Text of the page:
Before the overview effect, we saw our planet with the same eyes, but even after it is proved to us that the planet is (roughly) a sphere, hanging suspended in space, it is difficult to believe this. All manner of scientific proofs of the world as a spherical planet can be adduced, but the science lacks intuitive tractability and we have a difficult time bringing together our scientific concepts and our folk concepts of the world — or, if you will, we have difficulty reconciling the manifest image and the scientific image. The two are distinct. Until we achieve the overview effect, there is an apparent contradiction between what we experience of the world and our scientific knowledge of the world. Our senses tell us that the world is flat and solid and unmoving; scientific knowledge tells us that the world is round and moving and hanging in space.

Once we attain the overview effect, this changes, and the apparent contradiction is revealed as apparent. The overview effect shows how the manifest image and the scientific image coincide. The things we know about ordinary objects, which shapes the manifest image, now applies to Earth, which is seen as an object rather than as surrounding us as an environment with an horizon that we can never reach, and which therefore feels endless to us. Seen from orbit, this explains itself intuitively, and an explicit explanation now appears superfluous (as is ideally the case with an axiom — it is seen to be true as soon as it is understood). The overview effect makes the scientific knowledge of our planet as a planet intuitively tractable, transforming scientific truths into visceral truths. One might say that the overview effect is the lived experience of the scientific truth of our homeworld. In this particular case, we have replaced a folk concept with a scientific concept, and the scientific concept is correct even as intuition is satisfied.

The use of the overview effect to illustrate the manifest and scientific images, and their possible coincidence in a single experience, is especially interesting in light of Sellars’ insistence that the scientific image is distinctive because it is postulational, and more particularly that it postulates unobservables as a way to explain observables. When, in a scientific context, someone speaks of unobservables or “imperceptible entities” the assumption is that we are talking about entities that are too small to see with the naked eye. The germ theory of disease and the atomic theory of matter both exemplify this idea of unobservables being observable because they are smaller than the resolution of unaided human vision. We can only observe these unobservables with instruments, and then this experience is mediated by complex instruments and an even more complex conceptual framework so that no one ever speaks of the “lived experience” of particle physics or microbiology.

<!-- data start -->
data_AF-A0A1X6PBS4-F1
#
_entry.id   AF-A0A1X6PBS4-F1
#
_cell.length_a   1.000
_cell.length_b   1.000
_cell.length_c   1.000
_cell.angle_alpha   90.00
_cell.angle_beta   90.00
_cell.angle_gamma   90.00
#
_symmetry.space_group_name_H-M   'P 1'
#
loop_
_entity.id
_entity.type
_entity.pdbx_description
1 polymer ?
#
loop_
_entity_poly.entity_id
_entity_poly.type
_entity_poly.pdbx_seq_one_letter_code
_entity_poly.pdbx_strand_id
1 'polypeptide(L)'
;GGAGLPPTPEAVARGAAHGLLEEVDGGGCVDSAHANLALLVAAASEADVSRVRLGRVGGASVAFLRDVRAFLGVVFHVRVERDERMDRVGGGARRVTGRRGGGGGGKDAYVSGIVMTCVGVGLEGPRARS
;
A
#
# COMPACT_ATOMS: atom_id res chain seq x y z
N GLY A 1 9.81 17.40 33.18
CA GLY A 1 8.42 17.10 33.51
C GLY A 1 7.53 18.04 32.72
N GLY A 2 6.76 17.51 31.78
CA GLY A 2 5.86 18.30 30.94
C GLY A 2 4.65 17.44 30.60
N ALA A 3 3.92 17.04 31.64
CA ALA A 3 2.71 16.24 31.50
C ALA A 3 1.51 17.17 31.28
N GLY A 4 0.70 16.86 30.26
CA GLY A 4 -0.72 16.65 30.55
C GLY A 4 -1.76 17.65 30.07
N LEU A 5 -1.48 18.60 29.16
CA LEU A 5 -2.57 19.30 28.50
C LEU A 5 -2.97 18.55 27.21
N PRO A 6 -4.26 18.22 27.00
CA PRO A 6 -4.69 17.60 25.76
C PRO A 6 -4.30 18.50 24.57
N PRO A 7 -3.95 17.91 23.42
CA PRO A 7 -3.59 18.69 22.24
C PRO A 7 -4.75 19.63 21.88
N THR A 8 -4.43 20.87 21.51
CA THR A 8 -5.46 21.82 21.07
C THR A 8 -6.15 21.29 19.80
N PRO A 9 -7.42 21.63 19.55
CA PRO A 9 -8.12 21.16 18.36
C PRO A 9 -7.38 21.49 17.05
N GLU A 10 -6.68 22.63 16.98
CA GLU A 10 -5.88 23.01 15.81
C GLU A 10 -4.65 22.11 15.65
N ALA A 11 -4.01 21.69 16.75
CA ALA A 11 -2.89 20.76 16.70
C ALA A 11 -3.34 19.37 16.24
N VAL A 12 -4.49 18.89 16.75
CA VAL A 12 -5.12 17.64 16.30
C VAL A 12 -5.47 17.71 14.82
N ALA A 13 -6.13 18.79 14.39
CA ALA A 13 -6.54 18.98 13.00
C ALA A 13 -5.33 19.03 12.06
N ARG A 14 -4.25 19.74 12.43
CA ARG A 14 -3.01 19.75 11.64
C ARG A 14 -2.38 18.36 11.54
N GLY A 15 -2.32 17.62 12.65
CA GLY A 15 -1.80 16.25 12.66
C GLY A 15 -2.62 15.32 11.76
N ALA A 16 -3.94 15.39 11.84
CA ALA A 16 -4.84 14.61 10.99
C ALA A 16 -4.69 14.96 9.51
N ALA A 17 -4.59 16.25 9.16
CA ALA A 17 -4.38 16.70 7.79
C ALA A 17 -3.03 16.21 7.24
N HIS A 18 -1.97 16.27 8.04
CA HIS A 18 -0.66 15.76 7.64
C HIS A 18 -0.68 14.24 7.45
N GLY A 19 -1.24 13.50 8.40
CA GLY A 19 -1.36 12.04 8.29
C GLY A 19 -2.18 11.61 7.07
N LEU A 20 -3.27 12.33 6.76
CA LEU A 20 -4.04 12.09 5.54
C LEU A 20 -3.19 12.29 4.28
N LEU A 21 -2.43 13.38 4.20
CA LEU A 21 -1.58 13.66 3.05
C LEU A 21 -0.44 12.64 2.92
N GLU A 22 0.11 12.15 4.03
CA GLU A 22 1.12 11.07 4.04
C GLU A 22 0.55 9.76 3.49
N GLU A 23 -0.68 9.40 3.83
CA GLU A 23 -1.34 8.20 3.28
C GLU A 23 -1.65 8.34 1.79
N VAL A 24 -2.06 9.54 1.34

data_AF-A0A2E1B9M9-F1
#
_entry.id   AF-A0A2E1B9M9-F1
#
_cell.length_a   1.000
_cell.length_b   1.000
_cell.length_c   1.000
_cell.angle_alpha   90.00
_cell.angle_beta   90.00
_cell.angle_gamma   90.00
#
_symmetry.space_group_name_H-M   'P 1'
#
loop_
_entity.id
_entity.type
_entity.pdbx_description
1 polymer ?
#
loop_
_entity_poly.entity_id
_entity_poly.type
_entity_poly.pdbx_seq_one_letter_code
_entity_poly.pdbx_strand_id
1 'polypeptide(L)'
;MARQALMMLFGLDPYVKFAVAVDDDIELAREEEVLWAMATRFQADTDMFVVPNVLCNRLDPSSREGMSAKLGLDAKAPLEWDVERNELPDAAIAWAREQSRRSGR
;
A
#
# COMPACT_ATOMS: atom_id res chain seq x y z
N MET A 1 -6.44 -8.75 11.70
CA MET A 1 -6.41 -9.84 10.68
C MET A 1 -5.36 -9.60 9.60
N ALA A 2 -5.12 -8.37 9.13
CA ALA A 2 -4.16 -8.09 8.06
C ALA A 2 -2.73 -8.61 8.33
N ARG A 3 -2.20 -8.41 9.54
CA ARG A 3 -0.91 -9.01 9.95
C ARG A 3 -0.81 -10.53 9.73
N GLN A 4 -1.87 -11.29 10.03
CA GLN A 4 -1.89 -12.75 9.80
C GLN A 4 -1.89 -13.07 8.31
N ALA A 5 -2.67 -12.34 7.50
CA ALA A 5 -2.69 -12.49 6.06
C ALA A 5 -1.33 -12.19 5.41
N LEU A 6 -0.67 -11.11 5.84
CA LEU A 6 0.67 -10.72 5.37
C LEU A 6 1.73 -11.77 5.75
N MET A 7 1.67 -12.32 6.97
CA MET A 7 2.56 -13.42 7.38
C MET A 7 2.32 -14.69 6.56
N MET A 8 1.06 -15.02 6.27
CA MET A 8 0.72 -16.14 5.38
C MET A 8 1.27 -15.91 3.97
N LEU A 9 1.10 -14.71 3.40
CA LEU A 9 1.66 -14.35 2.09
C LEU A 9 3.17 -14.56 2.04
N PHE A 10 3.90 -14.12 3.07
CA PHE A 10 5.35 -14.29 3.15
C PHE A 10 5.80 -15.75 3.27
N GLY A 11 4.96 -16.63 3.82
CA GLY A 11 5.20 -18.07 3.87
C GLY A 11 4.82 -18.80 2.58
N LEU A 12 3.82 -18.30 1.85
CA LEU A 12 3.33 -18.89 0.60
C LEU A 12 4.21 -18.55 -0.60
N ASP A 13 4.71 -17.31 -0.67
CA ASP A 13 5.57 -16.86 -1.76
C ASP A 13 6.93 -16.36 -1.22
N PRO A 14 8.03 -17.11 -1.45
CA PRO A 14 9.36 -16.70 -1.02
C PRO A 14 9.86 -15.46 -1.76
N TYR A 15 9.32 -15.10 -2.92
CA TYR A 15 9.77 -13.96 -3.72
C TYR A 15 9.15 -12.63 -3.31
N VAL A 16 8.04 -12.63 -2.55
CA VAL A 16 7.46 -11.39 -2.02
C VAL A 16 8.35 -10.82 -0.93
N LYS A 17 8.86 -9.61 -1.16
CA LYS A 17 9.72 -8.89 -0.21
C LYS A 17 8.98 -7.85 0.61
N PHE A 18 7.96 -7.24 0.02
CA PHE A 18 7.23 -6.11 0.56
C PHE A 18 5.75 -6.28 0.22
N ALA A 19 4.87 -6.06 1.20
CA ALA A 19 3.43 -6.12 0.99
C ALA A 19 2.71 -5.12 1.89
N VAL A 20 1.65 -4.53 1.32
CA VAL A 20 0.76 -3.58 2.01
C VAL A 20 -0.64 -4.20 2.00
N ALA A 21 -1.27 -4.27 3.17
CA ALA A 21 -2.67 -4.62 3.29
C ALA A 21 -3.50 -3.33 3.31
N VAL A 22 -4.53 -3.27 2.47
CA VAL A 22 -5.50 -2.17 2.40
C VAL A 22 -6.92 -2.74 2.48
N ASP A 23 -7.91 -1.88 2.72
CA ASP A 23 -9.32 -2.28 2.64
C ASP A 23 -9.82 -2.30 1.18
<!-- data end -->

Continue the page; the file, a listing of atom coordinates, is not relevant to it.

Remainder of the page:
In contrast to this, the Earth is unobservable to the human eye not because it is too small, but because it is too large. When shown scientific demonstrations that the world is round, we must posit an unobservable planet, and then identify this unobservable entity with the actual ground under our feet. This is difficult to do, intuitively speaking. We see the world at all times, but we do not see it as a planet. We do not see enough of the world at any one moment to see it as a planet. Enter the overview effect. Seeing the Earth whole from space reveals the entity that is planet Earth, and if one has the good fortune to lift off from Earth and experience the process of departing from its surface to then see the same from space, this makes a previously unobservable postulate into a concretely experienced entity.

We are in the same position now vis-à-vis our place within the Milky Way galaxy, and our place within the larger universe, as we were once in relation to the spherical Earth. Our accumulated scientific knowledge tells us where we are at in the universe, and where we are at in the Milky Way. We can even see a portion of the Milky Way when we look up into the night sky, but we cannot stand back and see the whole from a distance, taking in the Milky Way and pointing of the position of our solar system within one of the spiral arms of our galaxy. We know it, but we haven’t yet experienced it viscerally. We have to posit the Milky Way galaxy as a whole, the Virgo supercluster, and the filaments of galaxies that stretch through the cosmos, because they are too large for us to observe at present. They are partially observed, in the way we might say that an atom is partially observed when we look at a piece of ordinary material composed of atoms.